American Philosophical Society
Member History

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Resident (1)
105. Physical Earth Sciences[X]
1Name:  Dr. Ralph J. Cicerone
 Institution:  National Academy of Sciences; University of California, Irvine
 Year Elected:  2000
 Class:  1. Mathematical and Physical Sciences
 Subdivision:  105. Physical Earth Sciences
 Residency:  Resident
 Living? :   Deceased
 Birth Date:  1943
 Death Date:  November 5, 2016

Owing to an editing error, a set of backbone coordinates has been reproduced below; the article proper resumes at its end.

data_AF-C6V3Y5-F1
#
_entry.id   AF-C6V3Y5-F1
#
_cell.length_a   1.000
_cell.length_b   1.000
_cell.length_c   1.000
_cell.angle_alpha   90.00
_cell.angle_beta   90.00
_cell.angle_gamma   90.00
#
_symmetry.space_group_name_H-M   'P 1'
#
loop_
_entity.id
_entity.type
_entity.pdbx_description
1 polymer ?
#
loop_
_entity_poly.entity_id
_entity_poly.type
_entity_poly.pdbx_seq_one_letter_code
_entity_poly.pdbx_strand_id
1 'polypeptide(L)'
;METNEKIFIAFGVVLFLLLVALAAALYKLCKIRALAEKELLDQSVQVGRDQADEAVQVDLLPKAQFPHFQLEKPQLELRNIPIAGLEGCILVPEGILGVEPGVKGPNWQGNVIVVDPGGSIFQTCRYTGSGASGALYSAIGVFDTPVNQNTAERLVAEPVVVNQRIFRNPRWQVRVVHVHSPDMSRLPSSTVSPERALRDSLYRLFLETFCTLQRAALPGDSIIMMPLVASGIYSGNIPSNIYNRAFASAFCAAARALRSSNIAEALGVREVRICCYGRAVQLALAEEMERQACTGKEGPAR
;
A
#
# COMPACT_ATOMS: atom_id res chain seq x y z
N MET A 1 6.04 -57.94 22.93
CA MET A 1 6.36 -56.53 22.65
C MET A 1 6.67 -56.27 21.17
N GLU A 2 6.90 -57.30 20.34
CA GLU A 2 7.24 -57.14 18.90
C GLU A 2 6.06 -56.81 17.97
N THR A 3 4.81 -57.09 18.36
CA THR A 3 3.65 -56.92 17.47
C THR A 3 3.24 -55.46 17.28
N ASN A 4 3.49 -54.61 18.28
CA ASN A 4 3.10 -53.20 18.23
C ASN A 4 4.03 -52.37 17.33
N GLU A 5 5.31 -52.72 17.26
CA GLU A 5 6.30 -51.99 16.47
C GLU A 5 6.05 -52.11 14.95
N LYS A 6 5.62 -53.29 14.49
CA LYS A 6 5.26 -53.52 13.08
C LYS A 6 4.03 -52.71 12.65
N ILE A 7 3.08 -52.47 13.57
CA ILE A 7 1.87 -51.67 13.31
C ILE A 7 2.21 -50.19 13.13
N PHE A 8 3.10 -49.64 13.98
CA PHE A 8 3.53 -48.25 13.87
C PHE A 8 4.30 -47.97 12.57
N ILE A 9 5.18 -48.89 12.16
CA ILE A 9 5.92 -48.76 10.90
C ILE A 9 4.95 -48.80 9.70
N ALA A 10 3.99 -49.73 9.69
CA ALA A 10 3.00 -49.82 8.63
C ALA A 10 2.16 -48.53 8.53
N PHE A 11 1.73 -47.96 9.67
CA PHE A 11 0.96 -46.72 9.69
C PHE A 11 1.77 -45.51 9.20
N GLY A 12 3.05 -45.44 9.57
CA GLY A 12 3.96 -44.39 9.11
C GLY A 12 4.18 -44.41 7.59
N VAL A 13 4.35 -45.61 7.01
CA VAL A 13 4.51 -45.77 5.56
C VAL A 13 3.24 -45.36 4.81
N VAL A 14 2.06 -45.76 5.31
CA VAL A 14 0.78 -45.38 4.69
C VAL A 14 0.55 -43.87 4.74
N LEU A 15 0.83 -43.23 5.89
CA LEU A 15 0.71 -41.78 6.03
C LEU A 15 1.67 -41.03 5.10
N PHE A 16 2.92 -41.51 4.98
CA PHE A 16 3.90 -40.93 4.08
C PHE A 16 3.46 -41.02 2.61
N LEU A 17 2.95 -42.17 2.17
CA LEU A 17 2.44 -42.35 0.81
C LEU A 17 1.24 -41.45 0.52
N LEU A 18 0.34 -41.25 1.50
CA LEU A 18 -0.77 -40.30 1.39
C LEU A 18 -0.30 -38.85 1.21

Ralph Cicerone received his Ph.D. in electrical engineering, with a minor in physics, from the University of Illinois in 1970. He joined the faculty of the University of Michigan in 1972 as a research scientist and assistant professor in the department of electrical and computer engineering. In 1978 he moved to the Scripps Institution of Oceanography at the University of California, San Diego, where he was a research chemist. He served as a senior scientist and Director of the Atmospheric Chemistry Division at the National Center for Atmospheric Research from 1980-89. He then became the Daniel G. Aldrich Professor of Earth System Science at the University of California, Irvine, where he chaired the department of Earth System Science from 1989-94. Dr. Cicerone was appointed Chancellor of the University of California, Irvine in 1998. In 2005 he became President of the National Academy of Sciences and was reelected in 2011. He served until 2016. Ralph Cicerone's research has greatly increased our understanding of the biogeochemical cycling of trace gases through the atmosphere, especially concerning ozone depletion and increased greenhouse gases such as methane. He was one of the first to point out the potential for global ozone depletion by stratospheric chlorine. With Ramanathan and with Dickinson, he wrote early papers on the radiative forcing of global climate change due to trace gases and he lectured widely on human causes of climate change and energy usage. In addition to the cumulative body of research, he was a leader in science policy issues. Dr. Cicerone received the United Nations Environment Program Ozone Award in 1997, the Bower Award and Prize for Achievement in Science from the Franklin Institute in 1998, and the American Geophysical Union's 2002 Roger Revelle Medal in recognition of outstanding research contributions to the understanding of the Earth's atmospheric processes, and the 2004 Einstein Prize for Science from the World Cultural Council. A member of the National Academy of Sciences, the American Academy of Arts & Sciences, the Accademia dei Lincei and the Russian Academy of Sciences, he also served as president of the American Geophysical Union. He was elected a member of the American Philosophical Society in 2000. Ralph Cicerone died November 5, 2016, at the age of 73.
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